Was ASDA really ‘Officially Britain’s lowest priced supermarket’? It looked like it by the award it had received from The Grocer. But Tesco complained to the Advertising Standards Authority when ASDA made the claim in advertising and the ASA’s findings underline the dangers of supermarket price claims.
Who: ASDA Group plc
Where: The Advertising Standards Authority
When: August 2005
Tesco Stores Limited objected to three national press ads and a TV commercial for the ASDA supermarket chain. All of the ads in question included a prominent claim to the effect of "Officially Britain's lowest price supermarket for the 7th year running."
Tesco complained to the Advertising Standards Authority ("ASA") that the claim was misleading. It said it was based on a limited and unrepresentative survey analysing only 33 items and another survey had actually suggested that Tesco was cheaper. The second complaint was that "officially Britain's lowest price supermarket", especially in conjunction with the phrase "you win every day" in one of the press ads, misleading implied that ASDA was cheaper than all its main competitors for all items at all times. The third complaint was that the use of the term "officially" misleadingly implied that the survey referred to was carried out by a government department.
All complaints upheld
The ASA upheld all three complaints.
On the first complaint, relating to the allegedly limited survey on which the claim was based, ASDA defended on the basis that the survey was in fact very wide-ranging. It covered the price of 33 items at 8 stores per week 48 times a year. This meant that ASDA had in effect won the "Grocer 33" annual award for the cheapest retailer in the UK in June 2004 on the basis of over 12,000 price checks.
The ASA recognised that the Grocer 33 Survey was an independent survey and was respected in the supermarket industry. However it considered that 33 items were not enough to substantiate a general supermarket pricing claim. It was also concerned because the list of items in the basket of goods was known and was therefore vulnerable to price chasing by retailers. There was also a concern over the omission of low cost supermarkets from the survey altogether.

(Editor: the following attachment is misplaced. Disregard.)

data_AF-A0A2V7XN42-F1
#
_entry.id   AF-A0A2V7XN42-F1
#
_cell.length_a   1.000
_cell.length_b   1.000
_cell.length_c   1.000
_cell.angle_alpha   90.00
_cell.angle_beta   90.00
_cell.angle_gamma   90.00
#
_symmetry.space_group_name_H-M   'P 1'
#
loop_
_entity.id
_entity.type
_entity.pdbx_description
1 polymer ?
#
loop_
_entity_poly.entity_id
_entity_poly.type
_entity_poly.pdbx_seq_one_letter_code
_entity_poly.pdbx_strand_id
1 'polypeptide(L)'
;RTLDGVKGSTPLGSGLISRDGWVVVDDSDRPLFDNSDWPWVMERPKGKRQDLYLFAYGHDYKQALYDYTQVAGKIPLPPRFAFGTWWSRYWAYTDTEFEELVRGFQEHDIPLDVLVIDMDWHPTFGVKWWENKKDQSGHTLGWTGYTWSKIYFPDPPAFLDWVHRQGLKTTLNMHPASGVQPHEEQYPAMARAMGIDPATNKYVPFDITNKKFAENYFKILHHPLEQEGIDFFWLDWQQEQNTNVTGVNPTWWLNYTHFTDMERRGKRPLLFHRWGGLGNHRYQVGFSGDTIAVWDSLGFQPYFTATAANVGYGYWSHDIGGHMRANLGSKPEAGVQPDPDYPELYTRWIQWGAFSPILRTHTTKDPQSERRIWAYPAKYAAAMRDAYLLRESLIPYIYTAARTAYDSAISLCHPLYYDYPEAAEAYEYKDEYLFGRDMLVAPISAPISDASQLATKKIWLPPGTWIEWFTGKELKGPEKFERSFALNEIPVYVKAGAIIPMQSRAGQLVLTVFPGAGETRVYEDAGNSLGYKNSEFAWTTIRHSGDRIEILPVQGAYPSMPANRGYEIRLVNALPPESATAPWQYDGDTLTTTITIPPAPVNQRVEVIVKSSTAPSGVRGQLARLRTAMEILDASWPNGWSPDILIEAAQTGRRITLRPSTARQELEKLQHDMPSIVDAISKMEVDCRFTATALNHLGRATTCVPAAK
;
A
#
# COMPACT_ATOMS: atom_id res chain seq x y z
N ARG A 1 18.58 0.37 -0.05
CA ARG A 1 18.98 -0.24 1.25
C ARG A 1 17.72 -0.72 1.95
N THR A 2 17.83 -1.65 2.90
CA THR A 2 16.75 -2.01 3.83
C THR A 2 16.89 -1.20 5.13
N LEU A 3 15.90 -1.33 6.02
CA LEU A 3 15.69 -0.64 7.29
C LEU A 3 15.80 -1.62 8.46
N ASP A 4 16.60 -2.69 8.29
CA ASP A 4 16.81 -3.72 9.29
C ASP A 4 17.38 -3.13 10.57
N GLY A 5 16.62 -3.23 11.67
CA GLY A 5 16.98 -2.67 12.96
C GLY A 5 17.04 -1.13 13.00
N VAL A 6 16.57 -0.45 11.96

All products cheaper?
On the second complaint the ASA agreed with Tesco that the claim "Officially Britain's lowest priced supermarket" together with "you win every day" implied that a consumer would find all products cheaper at all the advertiser's stores everyday. Since this was clearly not the case, the complaint was again upheld. ~
On the third complaint ASDA defended on the basis that the word "officially" was warranted because the Grocer was considered by the retailing industry to be the "official" authority on all retail matters.
In the context of the TV advertisement, the Broadcast Advertising Clearance Centre chimed in, the word "official" implied only that there was an authoritative source that backed up the claim, and did not necessarily indicate Government or similar involvement.
The ASA considered all these arguments, but nevertheless took the view that "officially" implied that the survey had been carried out by a government department, public authority, industry body or commercial body whose data commanded near universal acceptance within the industry. Because this was not the case the use of the term "officially" was misleading and again the complaint was upheld.
Why this matters:
Although the ASA's decision on the third complaint in relation to the use of the term "officially" appears a tad harsh, the overall verdict seems sound and justified in the light of the arguments put forward on behalf of ASDA. It also underlines the danger of making broad "lowest price" claims in this sector.